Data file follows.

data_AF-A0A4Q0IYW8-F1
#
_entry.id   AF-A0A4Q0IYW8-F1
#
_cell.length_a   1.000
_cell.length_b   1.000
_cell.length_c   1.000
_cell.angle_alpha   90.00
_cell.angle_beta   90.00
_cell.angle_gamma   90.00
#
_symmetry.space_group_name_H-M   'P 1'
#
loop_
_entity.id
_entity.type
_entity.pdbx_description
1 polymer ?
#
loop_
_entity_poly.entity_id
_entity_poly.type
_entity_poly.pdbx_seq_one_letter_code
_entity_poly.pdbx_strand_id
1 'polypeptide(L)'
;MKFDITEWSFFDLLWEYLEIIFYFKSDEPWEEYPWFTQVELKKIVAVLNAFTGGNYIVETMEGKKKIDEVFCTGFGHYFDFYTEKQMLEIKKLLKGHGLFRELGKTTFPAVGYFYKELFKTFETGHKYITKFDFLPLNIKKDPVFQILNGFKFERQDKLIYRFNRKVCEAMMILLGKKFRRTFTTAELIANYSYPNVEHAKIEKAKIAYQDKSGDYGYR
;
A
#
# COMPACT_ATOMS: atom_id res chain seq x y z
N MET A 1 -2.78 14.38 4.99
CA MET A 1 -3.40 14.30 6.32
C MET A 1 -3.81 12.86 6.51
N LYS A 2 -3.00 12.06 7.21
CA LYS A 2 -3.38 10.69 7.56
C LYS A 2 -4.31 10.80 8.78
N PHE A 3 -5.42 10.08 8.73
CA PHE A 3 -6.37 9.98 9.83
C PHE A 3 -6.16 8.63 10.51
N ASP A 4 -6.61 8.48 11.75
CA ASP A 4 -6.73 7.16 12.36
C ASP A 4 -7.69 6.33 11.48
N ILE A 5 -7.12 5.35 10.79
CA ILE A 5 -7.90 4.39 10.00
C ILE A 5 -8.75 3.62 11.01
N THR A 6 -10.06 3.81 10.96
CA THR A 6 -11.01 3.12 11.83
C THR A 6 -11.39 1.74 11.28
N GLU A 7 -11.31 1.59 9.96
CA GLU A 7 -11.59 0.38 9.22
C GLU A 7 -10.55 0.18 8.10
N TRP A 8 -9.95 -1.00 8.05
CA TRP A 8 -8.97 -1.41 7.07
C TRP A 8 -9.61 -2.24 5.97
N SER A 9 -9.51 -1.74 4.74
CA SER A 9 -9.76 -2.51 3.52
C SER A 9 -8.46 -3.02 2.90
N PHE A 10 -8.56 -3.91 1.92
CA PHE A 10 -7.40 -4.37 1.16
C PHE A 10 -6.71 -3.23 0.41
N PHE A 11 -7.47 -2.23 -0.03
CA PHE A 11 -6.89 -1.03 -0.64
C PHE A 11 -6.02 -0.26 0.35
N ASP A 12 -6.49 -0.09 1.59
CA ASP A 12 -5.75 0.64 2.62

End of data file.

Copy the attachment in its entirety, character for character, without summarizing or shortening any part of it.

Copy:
data_AF-A0A4Q0IYW8-F1
#
_entry.id   AF-A0A4Q0IYW8-F1
#
_cell.length_a   1.000
_cell.length_b   1.000
_cell.length_c   1.000
_cell.angle_alpha   90.00
_cell.angle_beta   90.00
_cell.angle_gamma   90.00
#
_symmetry.space_group_name_H-M   'P 1'
#
loop_
_entity.id
_entity.type
_entity.pdbx_description
1 polymer ?
#
loop_
_entity_poly.entity_id
_entity_poly.type
_entity_poly.pdbx_seq_one_letter_code
_entity_poly.pdbx_strand_id
1 'polypeptide(L)'
;MKFDITEWSFFDLLWEYLEIIFYFKSDEPWEEYPWFTQVELKKIVAVLNAFTGGNYIVETMEGKKKIDEVFCTGFGHYFDFYTEKQMLEIKKLLKGHGLFRELGKTTFPAVGYFYKELFKTFETGHKYITKFDFLPLNIKKDPVFQILNGFKFERQDKLIYRFNRKVCEAMMILLGKKFRRTFTTAELIANYSYPNVEHAKIEKAKIAYQDKSGDYGYR
;
A
#
# COMPACT_ATOMS: atom_id res chain seq x y z
N MET A 1 -2.78 14.38 4.99
CA MET A 1 -3.40 14.30 6.32
C MET A 1 -3.81 12.86 6.51
N LYS A 2 -3.00 12.06 7.21
CA LYS A 2 -3.38 10.69 7.56
C LYS A 2 -4.31 10.80 8.78
N PHE A 3 -5.42 10.08 8.73
CA PHE A 3 -6.37 9.98 9.83
C PHE A 3 -6.16 8.63 10.51
N ASP A 4 -6.61 8.48 11.75
CA ASP A 4 -6.73 7.16 12.36
C ASP A 4 -7.69 6.33 11.48
N ILE A 5 -7.12 5.35 10.79
CA ILE A 5 -7.90 4.39 10.00
C ILE A 5 -8.75 3.62 11.01
N THR A 6 -10.06 3.81 10.96
CA THR A 6 -11.01 3.12 11.83
C THR A 6 -11.39 1.74 11.28
N GLU A 7 -11.31 1.59 9.96
CA GLU A 7 -11.59 0.38 9.22
C GLU A 7 -10.55 0.18 8.10
N TRP A 8 -9.95 -1.00 8.05
CA TRP A 8 -8.97 -1.41 7.07
C TRP A 8 -9.61 -2.24 5.97
N SER A 9 -9.51 -1.74 4.74
CA SER A 9 -9.76 -2.51 3.52
C SER A 9 -8.46 -3.02 2.90
N PHE A 10 -8.56 -3.91 1.92
CA PHE A 10 -7.40 -4.37 1.16
C PHE A 10 -6.71 -3.23 0.41
N PHE A 11 -7.47 -2.23 -0.03
CA PHE A 11 -6.89 -1.03 -0.64
C PHE A 11 -6.02 -0.26 0.35
N ASP A 12 -6.49 -0.09 1.59
CA ASP A 12 -5.75 0.64 2.62